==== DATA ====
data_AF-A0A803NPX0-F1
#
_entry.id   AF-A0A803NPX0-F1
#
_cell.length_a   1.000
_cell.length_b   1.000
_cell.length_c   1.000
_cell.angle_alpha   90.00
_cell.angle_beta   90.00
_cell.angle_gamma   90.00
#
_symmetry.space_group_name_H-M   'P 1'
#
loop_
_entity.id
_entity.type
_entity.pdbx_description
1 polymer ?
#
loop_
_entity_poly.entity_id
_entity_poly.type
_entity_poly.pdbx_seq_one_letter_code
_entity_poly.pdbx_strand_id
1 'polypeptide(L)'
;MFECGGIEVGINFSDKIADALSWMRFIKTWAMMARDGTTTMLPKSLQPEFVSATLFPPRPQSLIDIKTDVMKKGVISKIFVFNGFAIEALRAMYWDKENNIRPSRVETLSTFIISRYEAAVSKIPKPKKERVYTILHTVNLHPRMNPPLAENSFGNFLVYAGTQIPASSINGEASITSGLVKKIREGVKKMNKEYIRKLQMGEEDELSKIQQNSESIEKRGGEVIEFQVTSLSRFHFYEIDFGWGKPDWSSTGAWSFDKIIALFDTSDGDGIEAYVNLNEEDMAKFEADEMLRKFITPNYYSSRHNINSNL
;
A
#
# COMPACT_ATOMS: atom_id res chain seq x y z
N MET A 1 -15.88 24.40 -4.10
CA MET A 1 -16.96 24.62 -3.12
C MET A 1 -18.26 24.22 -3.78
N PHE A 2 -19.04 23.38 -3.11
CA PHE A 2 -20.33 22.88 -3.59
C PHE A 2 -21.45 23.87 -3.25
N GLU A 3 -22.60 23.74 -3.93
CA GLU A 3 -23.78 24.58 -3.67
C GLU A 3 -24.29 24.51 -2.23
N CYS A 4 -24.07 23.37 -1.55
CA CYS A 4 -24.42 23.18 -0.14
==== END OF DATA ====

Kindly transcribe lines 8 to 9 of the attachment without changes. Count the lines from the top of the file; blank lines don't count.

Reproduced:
_cell.angle_alpha   90.00
_cell.angle_beta   90.00